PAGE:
First, let?s use a theory from Guns, Germs and Steel [hyperlink] by Jared Diamond as the centerpiece for this little theory. In Chapter 14, entitled ?From Egalitarianism to Kleptocracy? [hyperlink], Diamond postulates that more stratified societies are by definition less egalitarian, but more efficient and are, thus, able to eradicate or conquer more egalitarian, less stratified societies. Thus, all ?advanced? societies with high levels of GDP are complex and hierarchical.
The problem is: these more stratified, more complex societies are in essence Kleptocracies [hyperlink] where those in power redistribute societal wealth to themselves. Those at the bottom of the society?s pyramid accept this unequal, non-egalitarian state of affairs because they too benefit from their society?s relative advancement. It?s a case of a rising tide lifting all boats.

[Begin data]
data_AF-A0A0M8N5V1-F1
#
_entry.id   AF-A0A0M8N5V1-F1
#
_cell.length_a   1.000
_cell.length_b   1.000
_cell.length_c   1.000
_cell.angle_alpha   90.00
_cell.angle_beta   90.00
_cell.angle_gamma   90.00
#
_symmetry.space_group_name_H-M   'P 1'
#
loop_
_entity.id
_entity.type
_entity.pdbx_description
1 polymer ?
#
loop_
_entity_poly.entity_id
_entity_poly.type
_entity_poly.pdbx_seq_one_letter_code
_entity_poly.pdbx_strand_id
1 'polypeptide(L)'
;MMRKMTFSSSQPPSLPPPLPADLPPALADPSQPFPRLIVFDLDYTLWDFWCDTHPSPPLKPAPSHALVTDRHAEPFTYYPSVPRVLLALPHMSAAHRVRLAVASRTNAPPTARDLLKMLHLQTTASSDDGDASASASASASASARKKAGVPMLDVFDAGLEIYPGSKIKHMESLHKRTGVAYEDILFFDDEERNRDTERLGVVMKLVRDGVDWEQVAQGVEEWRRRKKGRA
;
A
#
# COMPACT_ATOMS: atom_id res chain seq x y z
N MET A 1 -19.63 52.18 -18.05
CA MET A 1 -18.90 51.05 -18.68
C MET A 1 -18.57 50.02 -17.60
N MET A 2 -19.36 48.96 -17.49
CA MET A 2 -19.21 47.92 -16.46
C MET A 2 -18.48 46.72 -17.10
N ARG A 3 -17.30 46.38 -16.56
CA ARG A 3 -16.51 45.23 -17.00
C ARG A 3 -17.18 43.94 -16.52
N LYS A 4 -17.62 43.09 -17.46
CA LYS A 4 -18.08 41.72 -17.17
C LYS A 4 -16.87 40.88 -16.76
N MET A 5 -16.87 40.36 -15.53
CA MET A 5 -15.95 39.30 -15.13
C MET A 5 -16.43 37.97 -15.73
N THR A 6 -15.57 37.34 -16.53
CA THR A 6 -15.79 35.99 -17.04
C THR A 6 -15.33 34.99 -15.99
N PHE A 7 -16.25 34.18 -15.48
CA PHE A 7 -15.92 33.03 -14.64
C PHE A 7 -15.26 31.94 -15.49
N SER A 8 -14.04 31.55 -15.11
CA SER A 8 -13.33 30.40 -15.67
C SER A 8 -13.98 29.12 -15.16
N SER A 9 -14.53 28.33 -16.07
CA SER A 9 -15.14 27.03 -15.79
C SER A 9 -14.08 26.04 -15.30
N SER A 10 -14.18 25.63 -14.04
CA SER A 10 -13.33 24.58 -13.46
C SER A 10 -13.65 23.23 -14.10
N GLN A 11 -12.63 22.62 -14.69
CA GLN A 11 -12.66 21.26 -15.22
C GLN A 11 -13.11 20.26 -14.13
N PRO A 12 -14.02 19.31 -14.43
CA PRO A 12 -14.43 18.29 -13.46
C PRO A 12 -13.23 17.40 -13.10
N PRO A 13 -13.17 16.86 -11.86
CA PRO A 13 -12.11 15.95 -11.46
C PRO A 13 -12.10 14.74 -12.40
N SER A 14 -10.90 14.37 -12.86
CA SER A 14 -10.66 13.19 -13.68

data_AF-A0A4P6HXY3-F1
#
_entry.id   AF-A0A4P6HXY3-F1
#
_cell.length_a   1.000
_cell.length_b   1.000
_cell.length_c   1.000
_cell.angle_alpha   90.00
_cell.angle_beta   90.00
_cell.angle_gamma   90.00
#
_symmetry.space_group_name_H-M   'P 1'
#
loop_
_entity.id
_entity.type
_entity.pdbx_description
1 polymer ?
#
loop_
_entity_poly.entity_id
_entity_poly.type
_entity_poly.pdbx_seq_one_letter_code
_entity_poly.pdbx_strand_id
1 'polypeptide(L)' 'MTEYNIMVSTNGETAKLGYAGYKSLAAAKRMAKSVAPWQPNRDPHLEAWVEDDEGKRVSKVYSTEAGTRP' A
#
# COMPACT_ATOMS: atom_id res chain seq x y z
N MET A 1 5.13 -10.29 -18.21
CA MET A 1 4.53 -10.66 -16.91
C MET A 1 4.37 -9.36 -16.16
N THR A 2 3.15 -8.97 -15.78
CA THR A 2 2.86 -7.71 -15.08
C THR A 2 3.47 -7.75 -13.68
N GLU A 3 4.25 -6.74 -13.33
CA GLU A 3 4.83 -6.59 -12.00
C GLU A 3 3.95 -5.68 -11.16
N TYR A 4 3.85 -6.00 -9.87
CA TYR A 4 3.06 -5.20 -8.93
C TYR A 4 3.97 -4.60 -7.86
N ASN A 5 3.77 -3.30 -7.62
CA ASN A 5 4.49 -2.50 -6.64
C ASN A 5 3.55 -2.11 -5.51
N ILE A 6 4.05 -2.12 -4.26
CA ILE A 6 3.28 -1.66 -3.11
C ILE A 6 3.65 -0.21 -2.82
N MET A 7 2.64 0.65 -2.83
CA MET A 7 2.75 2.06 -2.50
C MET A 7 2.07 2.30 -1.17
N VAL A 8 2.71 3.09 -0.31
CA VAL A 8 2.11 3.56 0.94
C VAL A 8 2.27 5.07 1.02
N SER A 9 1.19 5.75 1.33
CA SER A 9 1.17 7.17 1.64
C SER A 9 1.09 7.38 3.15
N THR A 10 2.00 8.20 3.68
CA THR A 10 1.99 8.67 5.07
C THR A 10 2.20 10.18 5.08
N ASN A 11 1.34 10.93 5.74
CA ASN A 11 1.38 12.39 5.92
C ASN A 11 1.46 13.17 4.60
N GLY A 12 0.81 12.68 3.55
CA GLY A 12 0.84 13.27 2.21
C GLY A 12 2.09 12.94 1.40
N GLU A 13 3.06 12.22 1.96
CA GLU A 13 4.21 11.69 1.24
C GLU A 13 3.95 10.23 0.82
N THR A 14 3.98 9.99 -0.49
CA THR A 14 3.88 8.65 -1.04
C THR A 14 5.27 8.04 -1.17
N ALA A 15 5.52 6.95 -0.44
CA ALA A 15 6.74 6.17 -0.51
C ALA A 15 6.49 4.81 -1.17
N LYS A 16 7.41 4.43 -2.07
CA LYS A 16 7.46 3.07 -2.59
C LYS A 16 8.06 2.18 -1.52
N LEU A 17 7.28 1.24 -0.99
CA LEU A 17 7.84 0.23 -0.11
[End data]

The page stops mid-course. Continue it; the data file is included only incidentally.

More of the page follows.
Diamond says the Kleptocrats maintain power using 4 different methods:
?1. Disarm the populace, and arm the elite.?
?2. Make the masses happy by redistributing much of the tribute, in popular ways.?
?3. Use the monopoly of force to promote happiness, by maintaining public order and curbing violence. This is potentially a big and underappreciated advantage of centralized societies over noncentralized ones.?
?4. The remaining way for kleptocrats to gain public support is to construct an ideology or religion justifying kleptocracy.?
The obvious corollary of this theory is that most successful modern societies [hyperlink] are, in fact, kleptocracies. The key is to use the four methods to gain popular support in order to redistribute as much wealth to the ruling class as the populace will support. If the ruling class takes too much, it will be overthrown by a new ruling class (which?ll do ditto).
So, is the US a kleptocracy? Of course, it is! Is that bad? Well, it depends on who you are in society, and whether the kleptocracy is efficient and fair over the long term.